Therefore I oppose Ma Bell’s plans to monopolize the Internet and all our communications technologies. I have seen through their empty rhetoric promising that if their allowed to merge it would magically result in increased consumer choice and that they would provide universal access to broadband. Ma Bell wants to create an anti consumer and anti competitive Ma Cell and they must be stopped before it’s too late.

I also have serious concerns about Time Warner Cable the nation’s second largest cable provider for high speed Internet and digital cable TV service buying Insight Communications the ninth largest cable provider of broadband and digital cable TV service in the country. Previously I have also spoken out against the Comcast NBCU merger that was unfortunately approved For it’s anti competitive and anti consumer harms. However, I am pleased because of it’s approval of that merger that the FCC despite opposition by cable companies is strengthening carriage rules.

I worry about not just telecom companies discriminating online but cable providers as well with cable companies setting up unfair bandwidth caps online to discourage consumers from using services from often smaller competitors providing alternative video related services online. The cable companies cannot offer cheap a la carte programming options nor can the satellite TV providers obligated by programmers to bundle channels by the major broadcast and cable TV networks making consumers pay for channels they may not even watch. To this end they might try two things that might be unfair for consumers. First of all since cable companies also provide broadband in addition to their basic and digital cable services they might discriminate against a la care offerings online by capping the bandwidth of users subscribing to their broadband services but exempt their own services unfairly from competitors. Second create proprietary online services for viewing video online and discourage consumers from cutting the cord by bundling online TV offerings with their paid TV offerings requiring consumers pay for bundled channels.

Already a number of paid TV providers to this end have launched TV Everywhere online services for video requiring authentication so only consumers who subscribe to digital cable or satellite TV that have bundled channels can watch TV online. In fact Time Warner Cable and satellite TV provider Dish Network have created native mobile applications for Apple’s iPad devices to stream live TV channels to Apple’s iPads so you can watch TV also on your iPad. However, since it is part of TV Everywhere you can only watch TV programs using their apps on your iPad if you pay either provider for their TV services. TV Everywhere providers are trying to create a walled garden where you can freely watch live TV streamed to an iPad or other devices as long as you don’t cancel your cable or satellite.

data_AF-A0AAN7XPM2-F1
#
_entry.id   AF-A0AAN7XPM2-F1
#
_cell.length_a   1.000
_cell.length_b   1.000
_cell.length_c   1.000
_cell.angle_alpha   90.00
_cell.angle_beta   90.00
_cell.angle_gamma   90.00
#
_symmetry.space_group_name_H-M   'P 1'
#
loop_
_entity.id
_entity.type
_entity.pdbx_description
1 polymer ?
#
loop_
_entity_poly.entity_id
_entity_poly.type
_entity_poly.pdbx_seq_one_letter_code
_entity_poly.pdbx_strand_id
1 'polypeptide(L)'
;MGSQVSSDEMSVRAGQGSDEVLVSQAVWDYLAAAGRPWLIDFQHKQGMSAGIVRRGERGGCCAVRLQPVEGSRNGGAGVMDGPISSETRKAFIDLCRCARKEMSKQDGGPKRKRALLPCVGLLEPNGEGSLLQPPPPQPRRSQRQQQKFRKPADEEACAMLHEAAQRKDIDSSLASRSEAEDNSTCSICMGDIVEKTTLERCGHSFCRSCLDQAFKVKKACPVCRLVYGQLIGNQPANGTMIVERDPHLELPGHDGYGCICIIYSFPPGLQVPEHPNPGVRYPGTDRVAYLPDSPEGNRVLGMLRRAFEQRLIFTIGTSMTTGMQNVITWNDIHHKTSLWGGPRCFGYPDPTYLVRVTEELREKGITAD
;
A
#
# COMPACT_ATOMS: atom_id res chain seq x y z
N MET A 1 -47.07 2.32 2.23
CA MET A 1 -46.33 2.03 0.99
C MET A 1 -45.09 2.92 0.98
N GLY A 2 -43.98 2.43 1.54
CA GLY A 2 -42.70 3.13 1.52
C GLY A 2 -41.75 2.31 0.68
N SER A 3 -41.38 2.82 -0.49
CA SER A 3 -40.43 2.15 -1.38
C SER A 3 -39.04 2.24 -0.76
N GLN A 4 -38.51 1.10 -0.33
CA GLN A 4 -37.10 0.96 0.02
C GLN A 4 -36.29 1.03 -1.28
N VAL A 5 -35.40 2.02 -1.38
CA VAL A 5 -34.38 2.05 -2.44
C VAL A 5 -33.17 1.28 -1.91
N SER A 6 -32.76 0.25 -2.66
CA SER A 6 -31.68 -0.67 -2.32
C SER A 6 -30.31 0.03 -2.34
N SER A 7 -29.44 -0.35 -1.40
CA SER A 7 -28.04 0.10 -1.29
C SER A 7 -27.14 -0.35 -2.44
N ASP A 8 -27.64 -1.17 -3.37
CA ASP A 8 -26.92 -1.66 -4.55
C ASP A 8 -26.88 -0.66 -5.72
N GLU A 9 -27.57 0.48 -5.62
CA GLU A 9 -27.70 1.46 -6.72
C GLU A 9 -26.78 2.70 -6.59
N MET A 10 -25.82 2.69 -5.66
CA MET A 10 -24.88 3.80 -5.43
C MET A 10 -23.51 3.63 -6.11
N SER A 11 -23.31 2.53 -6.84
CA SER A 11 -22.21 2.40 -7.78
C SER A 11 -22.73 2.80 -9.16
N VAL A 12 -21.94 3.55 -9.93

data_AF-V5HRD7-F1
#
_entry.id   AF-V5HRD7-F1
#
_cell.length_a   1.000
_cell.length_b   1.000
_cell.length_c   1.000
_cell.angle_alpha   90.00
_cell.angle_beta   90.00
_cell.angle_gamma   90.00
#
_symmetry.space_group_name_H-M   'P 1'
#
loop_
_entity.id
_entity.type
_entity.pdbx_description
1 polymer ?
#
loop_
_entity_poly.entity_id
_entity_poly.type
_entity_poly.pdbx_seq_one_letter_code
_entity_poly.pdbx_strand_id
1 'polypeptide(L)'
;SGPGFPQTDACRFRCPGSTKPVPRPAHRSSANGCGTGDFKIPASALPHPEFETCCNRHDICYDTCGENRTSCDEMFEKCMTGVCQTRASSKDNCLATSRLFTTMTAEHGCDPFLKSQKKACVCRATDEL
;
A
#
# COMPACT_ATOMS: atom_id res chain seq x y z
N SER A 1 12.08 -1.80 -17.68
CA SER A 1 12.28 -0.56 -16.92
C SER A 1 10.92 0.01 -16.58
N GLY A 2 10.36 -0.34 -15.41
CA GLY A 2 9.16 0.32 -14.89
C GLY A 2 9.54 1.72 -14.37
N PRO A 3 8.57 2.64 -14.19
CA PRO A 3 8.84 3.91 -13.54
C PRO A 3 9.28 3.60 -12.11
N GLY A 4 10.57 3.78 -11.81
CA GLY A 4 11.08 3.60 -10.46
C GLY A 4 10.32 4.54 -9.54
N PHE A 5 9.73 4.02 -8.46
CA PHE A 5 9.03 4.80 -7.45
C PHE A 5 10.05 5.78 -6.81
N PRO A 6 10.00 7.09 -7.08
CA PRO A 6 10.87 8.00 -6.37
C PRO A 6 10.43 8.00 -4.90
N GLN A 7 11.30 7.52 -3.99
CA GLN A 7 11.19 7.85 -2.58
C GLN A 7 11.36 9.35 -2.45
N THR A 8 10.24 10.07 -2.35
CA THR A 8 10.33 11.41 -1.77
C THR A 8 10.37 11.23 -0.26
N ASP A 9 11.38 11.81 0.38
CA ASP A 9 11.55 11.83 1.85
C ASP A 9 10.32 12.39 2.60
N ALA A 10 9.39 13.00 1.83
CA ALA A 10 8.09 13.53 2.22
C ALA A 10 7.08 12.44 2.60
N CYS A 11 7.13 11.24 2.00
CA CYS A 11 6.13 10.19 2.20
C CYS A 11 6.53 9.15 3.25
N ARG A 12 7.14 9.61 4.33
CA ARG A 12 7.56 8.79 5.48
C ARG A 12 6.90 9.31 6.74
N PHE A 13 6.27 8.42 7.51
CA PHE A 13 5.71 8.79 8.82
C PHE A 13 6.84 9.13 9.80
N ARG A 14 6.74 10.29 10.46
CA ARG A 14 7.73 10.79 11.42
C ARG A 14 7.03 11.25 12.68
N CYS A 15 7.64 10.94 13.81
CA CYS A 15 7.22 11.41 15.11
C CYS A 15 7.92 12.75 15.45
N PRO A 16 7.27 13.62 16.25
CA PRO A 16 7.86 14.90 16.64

On the issue of broadcast retransmission I often side with the TV providers over the greedy programmers wanting the providers to pay them more each time their retransmission contacts are up for renewal. In fact I have supported Time Warner Cable’s Roll Over or Get Tough web campaign urging them to get tough with programmers as any increase in the fees they have to pay programmers would have to be passed on unfairly to consumers. I have even supported Time Warner Cable’s I Want My TwCable TV app web campaign telling greedy programmers wanting providers to pay them more letting consumers stream programs to an iPad that they should not be double dipping. Instead of price gouging providers and consumers the few greedy TV networks should join the supportive TV networks who are allowing their programs to be streamed by providers to iPads using apps like Time Warner Cable’s TWCable TV app and Dish Network’s DISH Remote Access for no additional fees. After all paying for TV even if you don’t have a DVR/HD DVR and video on demand and/or premium movie channels is still expensive because of bundled channels.

One thing I don’t like in the TV market is the lack of customization of digital cable boxes and satellite TV boxes as you cannot install your own software, change the user interface etc. I have been using Apple Macs with Front Row which was unfortunately discontinued for Mac users in OS X Lion but can continue to use it with my MacBook Pro running Mac OS X Snow Leopard and do plan to do so. I have chosen not to upgrade to Lion so I can keep using Front Row which in my opinion is the best media center software for the Mac available as it has a great user interface. I have also seen Windows Media Center which is more sophisticated than Front Row as it allows users with TV Tuners in their computers to record live TV via Media Center.

Personally I prefer an application called Virtual Dub though when using Windows PCs for capturing and editing TV programs. I like Boxee and the original Apple TV which let’s you sync content to the device as opposed to the new streaming only model of Apple TV. I think streaming is a great idea but the new streaming only modeI of Apple TV is more limited than the original model which I have. I would prefer syncing and streaming as opposed to the new model’s streaming only emphasis. Both the original Apple TV and the new streaming only model use a Front Row like user interface for navigating and accessing content.

I know Dish Network offers their subscribers Google TV but don’t know why anyone even using Dish Network that wants Google TV would pay Dish Network more for having Google TV when they can simply buy a set top box like the Logitech Revue that comes with Google TV software on their own and use it.